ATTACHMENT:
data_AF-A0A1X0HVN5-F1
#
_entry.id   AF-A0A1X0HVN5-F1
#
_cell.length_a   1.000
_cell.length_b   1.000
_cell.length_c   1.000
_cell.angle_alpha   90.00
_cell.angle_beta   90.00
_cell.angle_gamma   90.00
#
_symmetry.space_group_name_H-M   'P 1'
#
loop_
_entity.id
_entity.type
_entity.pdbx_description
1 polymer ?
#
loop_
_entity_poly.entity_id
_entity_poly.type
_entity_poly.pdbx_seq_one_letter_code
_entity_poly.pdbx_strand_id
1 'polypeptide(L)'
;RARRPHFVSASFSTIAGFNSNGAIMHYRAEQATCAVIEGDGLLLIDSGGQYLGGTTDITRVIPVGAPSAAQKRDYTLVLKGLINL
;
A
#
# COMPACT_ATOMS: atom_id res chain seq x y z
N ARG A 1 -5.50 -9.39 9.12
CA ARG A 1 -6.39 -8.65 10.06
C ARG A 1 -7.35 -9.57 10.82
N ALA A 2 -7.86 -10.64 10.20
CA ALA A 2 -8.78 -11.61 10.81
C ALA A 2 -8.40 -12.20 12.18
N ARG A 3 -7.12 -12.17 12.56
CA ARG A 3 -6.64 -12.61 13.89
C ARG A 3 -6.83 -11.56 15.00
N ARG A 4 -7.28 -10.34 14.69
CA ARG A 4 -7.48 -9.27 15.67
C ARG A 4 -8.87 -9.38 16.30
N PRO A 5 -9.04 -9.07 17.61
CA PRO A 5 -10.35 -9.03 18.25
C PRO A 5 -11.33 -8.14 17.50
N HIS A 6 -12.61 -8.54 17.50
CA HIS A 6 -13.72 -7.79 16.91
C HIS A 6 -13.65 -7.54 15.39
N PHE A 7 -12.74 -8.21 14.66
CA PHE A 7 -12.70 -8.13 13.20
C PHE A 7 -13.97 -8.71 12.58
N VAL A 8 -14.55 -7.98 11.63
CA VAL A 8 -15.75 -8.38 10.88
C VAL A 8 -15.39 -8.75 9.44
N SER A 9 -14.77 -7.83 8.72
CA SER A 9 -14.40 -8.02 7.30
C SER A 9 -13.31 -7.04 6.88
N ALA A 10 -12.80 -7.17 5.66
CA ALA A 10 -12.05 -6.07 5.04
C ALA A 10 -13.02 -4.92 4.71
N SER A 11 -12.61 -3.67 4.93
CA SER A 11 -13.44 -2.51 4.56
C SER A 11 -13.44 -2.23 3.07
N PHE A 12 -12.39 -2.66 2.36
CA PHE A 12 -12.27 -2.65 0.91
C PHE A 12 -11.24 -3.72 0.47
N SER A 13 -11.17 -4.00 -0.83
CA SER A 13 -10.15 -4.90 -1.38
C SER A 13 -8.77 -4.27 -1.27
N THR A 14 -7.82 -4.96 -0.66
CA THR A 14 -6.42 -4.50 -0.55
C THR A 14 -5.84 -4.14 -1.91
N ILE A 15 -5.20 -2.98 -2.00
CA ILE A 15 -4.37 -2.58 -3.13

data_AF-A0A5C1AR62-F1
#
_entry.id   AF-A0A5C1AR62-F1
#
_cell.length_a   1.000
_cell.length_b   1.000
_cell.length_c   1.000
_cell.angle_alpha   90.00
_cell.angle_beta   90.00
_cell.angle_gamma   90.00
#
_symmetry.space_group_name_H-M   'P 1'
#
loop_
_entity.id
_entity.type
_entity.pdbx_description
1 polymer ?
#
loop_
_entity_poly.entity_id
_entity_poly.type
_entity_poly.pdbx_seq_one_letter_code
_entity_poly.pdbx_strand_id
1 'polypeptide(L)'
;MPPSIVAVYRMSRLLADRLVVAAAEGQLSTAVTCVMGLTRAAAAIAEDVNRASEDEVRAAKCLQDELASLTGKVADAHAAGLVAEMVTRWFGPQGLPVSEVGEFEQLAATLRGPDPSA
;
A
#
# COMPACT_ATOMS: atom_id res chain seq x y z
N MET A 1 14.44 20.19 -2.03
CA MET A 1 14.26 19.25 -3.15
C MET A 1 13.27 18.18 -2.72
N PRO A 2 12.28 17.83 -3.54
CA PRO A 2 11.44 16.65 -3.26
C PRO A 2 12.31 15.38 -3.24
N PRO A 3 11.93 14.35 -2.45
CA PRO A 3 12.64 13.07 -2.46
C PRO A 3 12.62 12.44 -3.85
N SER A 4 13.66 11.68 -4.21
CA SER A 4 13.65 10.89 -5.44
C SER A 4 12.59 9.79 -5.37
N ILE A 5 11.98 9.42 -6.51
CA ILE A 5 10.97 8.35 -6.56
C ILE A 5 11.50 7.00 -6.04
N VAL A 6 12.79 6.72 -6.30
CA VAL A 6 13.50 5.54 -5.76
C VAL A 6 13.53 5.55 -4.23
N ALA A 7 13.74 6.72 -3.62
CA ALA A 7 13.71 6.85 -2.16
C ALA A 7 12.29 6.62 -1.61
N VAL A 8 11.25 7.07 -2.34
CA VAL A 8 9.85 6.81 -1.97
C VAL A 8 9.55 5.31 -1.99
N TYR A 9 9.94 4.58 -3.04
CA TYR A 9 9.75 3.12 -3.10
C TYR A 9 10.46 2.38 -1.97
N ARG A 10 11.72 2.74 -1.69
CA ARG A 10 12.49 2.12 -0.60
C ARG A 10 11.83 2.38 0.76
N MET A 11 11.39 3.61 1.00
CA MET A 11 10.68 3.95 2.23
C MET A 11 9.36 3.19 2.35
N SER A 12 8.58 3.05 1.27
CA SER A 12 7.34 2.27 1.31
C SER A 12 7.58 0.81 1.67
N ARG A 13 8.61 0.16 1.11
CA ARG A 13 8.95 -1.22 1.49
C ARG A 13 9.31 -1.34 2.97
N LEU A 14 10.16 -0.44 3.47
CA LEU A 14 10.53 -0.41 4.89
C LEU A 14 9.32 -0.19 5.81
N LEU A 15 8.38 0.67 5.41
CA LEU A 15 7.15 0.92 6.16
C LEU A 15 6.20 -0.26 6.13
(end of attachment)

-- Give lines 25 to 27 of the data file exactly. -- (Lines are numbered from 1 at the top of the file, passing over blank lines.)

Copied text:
1 'polypeptide(L)'
;RARRPHFVSASFSTIAGFNSNGAIMHYRAEQATCAVIEGDGLLLIDSGGQYLGGTTDITRVIPVGAPSAAQKRDYTLVLKGLINL
;